Source: ASPIRE 2025, 7 July 2017
New evidence shows one in five children continue to be exposed
to smoking in cars, and that exposure even increased in 2015.
These findings by ASPIRE2025 researchers contradict Government
claims that current initiatives are sufficient to protect children
from the hazards of exposure to second-hand smoke (SHS).
The research, led by the University of Otago, Wellington, and
published in the New Zealand Medical Journal this week, analysed
recent trends in children's SHS exposure in cars using updated
(2013-2015) data from ASH surveys of Year 10 students.
The surveys were conducted between 2006 and 2015, and included
between 19,000 and 29,500 students who were asked whether, in the
past week, others had smoked around them in a car or van.
Professor Richard Edwards, from the University of Otago,
Wellington and co-director of the ASPIRE2025 research
collaboration, says his team's analysis shows that exposure of
children to smoking in cars is unacceptably high and actually
increased in 2015 with close to one third of Māori students and
over a quarter of Pacific students reporting being in a car with
someone smoking in the past week.
"If the levels of exposure reported in 2015 in the survey applied
to all Year 10 students, we estimate that almost 12,000 14-15
year-olds were exposed to smoking in cars each week in that year,"
Professor Edwards says.
In October 2015, a petition presented to Parliament by Patu
Puauahi Tai Tokerau/Smokefree Northland prompted a Health Select
Committee investigation and subsequent recommendation that the
Government introduce legislation or other measures to ban smoking
in cars carrying children under the age of 18 years. The Government
issued a response to the Health Select Committee in March 2017.
This acknowledged the serious health risks of SHS, and the
importance of protecting children from these harms, but rejected
the recommendation to introduce legislation to ban smoking in cars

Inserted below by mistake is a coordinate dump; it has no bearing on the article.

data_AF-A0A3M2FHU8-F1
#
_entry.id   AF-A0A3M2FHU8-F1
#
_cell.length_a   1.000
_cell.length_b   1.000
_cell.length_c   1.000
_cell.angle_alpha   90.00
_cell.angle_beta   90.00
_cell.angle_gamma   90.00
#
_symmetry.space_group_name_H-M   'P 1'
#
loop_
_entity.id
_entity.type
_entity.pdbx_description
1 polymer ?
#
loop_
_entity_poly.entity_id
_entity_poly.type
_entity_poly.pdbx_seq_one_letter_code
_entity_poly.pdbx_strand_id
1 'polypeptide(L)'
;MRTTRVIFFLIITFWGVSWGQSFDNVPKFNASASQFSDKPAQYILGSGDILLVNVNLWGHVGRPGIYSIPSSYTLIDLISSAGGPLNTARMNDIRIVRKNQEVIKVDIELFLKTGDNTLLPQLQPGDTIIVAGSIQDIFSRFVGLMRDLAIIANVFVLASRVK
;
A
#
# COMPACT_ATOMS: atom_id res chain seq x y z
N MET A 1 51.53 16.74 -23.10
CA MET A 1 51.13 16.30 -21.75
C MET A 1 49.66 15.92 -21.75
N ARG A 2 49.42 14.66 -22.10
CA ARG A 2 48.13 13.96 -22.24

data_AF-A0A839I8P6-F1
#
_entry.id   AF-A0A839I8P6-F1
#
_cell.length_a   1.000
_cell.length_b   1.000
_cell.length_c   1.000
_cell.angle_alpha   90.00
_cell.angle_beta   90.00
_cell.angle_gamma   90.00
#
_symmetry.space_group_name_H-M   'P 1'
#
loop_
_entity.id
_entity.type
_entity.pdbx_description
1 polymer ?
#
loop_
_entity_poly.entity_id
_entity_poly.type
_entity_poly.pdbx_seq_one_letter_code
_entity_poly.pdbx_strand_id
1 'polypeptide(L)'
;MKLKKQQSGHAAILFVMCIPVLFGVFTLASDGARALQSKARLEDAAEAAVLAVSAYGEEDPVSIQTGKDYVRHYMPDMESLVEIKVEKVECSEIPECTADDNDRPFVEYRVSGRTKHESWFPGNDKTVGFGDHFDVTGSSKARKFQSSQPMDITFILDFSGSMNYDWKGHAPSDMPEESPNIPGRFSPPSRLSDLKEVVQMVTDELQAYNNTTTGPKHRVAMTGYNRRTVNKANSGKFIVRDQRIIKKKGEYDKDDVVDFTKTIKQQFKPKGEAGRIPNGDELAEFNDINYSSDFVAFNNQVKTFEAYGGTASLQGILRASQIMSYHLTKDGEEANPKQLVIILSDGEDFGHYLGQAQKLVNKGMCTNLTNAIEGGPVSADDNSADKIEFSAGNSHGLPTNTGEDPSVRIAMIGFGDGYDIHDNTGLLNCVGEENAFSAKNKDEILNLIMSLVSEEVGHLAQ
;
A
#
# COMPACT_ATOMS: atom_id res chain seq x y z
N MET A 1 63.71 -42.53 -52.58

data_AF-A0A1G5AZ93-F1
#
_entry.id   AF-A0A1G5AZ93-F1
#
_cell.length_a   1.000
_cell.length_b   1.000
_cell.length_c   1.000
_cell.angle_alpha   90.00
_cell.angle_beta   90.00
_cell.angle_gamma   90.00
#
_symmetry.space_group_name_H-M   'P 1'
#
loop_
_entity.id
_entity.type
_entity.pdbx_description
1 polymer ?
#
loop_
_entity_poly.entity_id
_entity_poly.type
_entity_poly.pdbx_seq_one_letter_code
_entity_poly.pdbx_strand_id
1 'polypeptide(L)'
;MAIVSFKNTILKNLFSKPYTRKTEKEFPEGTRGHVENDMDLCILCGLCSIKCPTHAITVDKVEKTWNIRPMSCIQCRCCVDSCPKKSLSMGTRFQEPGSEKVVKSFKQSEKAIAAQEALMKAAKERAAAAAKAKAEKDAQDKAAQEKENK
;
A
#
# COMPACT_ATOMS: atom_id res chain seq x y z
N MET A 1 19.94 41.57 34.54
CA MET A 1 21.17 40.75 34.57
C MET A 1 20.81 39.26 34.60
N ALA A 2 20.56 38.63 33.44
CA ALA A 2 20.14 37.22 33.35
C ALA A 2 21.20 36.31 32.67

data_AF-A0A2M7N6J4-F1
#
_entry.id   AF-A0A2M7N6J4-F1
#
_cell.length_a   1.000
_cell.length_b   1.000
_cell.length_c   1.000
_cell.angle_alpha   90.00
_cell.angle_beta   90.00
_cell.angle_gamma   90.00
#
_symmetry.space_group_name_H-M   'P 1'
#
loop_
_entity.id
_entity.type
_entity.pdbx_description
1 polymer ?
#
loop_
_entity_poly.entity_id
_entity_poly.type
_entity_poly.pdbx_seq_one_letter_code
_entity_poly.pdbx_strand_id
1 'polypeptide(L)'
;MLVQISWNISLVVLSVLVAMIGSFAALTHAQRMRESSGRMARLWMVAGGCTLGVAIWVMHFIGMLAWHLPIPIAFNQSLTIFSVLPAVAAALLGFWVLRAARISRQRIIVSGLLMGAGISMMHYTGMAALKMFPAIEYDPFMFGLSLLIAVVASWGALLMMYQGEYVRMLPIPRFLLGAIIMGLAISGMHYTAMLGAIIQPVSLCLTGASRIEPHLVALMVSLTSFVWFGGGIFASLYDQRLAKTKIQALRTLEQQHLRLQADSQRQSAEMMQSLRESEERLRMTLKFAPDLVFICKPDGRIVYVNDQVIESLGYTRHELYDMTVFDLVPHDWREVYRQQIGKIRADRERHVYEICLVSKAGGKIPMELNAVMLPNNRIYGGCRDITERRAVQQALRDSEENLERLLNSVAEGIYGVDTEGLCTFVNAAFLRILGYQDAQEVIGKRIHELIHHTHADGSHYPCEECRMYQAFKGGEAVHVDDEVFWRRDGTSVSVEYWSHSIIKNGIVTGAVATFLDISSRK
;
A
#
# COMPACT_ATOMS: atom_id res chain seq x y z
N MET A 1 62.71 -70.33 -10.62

carrying children on the grounds that "present initiatives are
sufficient to deter smoking in cars carrying children under the age
of 18 years".
However, the authors of the NZMJ study question the extent of
'current initiatives' to reduce smoking in cars, noting that the
only sustained national non-legislative intervention was a mass
media campaign that ran from 2006-2008. While there has been
intermittent implementation of the previous campaign in 2012 and
2013, and occasional local or regional initiatives supported by
community partnership grants, no sustained national interventions
on smokefree cars have taken place since 2008.
Professor Edwards comments "Levels of second-hand smoke in cars
are very high, making SHS exposure in cars a particularly severe
health hazard for children. Many countries, including the UK and
states and provinces in Australia, Canada and America, have
introduced legislation to prohibit smoking in cars where children
are present. So, New Zealand is falling well short of international
best practice on protecting children from this completely avoidable
The health effects of second-hand smoke (SHS) for children
include increased risk of respiratory tract infections,
exacerbations of asthma and 'glue ear'.
The researchers argue that the evidence from this new study
suggests exposure to SHS through smoking in cars continues to be a
significant health hazard for many thousands of school students and
children in New Zealand, particularly for Māori and Pacific
children. They encourage the Government to reconsider its decision
and introduce smokefree cars legislation in order to protect
children from the adverse health effects of SHS exposure and help
reduce inequalities in health among children.
View the article in
New Zealand Medical Journal (note password access required
until January 2018).
Edwards, R., Sim, D., Ball, J., Hoek, J., Beaglehole, R., Waa,
A. (2017) Surveys show exposure to smoking in cars among Year 10
children is not decreasing: time for the Government to
act. New Zealand Medical